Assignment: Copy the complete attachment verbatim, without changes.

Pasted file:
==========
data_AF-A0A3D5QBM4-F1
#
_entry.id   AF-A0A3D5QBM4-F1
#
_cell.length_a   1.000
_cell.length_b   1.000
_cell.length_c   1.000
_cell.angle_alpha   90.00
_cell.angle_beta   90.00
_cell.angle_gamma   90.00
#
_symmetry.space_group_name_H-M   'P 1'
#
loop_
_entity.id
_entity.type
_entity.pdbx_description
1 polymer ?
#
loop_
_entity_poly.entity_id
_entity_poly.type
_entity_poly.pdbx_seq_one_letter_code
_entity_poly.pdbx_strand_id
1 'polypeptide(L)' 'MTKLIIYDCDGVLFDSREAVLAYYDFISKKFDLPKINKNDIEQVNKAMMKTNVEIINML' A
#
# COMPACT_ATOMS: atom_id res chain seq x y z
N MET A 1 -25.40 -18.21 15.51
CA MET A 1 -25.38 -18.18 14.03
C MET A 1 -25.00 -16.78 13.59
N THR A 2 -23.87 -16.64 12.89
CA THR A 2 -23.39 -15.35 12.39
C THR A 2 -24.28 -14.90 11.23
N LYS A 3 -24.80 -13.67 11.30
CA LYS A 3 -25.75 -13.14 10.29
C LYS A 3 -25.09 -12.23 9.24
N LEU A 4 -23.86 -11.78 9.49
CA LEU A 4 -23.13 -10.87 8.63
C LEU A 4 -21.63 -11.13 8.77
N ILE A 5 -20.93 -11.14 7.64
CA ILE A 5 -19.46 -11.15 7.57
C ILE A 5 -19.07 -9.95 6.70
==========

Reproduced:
data_AF-A0A3D5QBM4-F1
#
_entry.id   AF-A0A3D5QBM4-F1
#
_cell.length_a   1.000
_cell.length_b   1.000
_cell.length_c   1.000
_cell.angle_alpha   90.00
_cell.angle_beta   90.00
_cell.angle_gamma   90.00
#
_symmetry.space_group_name_H-M   'P 1'
#
loop_
_entity.id
_entity.type
_entity.pdbx_description
1 polymer ?
#
loop_
_entity_poly.entity_id
_entity_poly.type
_entity_poly.pdbx_seq_one_letter_code
_entity_poly.pdbx_strand_id
1 'polypeptide(L)' 'MTKLIIYDCDGVLFDSREAVLAYYDFISKKFDLPKINKNDIEQVNKAMMKTNVEIINML' A
#
# COMPACT_ATOMS: atom_id res chain seq x y z
N MET A 1 -25.40 -18.21 15.51
CA MET A 1 -25.38 -18.18 14.03
C MET A 1 -25.00 -16.78 13.59
N THR A 2 -23.87 -16.64 12.89
CA THR A 2 -23.39 -15.35 12.39
C THR A 2 -24.28 -14.90 11.23
N LYS A 3 -24.80 -13.67 11.30
CA LYS A 3 -25.75 -13.14 10.29
C LYS A 3 -25.09 -12.23 9.24
N LEU A 4 -23.86 -11.78 9.49
CA LEU A 4 -23.13 -10.87 8.63
C LEU A 4 -21.63 -11.13 8.77
N ILE A 5 -20.93 -11.14 7.64
CA ILE A 5 -19.46 -11.15 7.57
C ILE A 5 -19.07 -9.95 6.70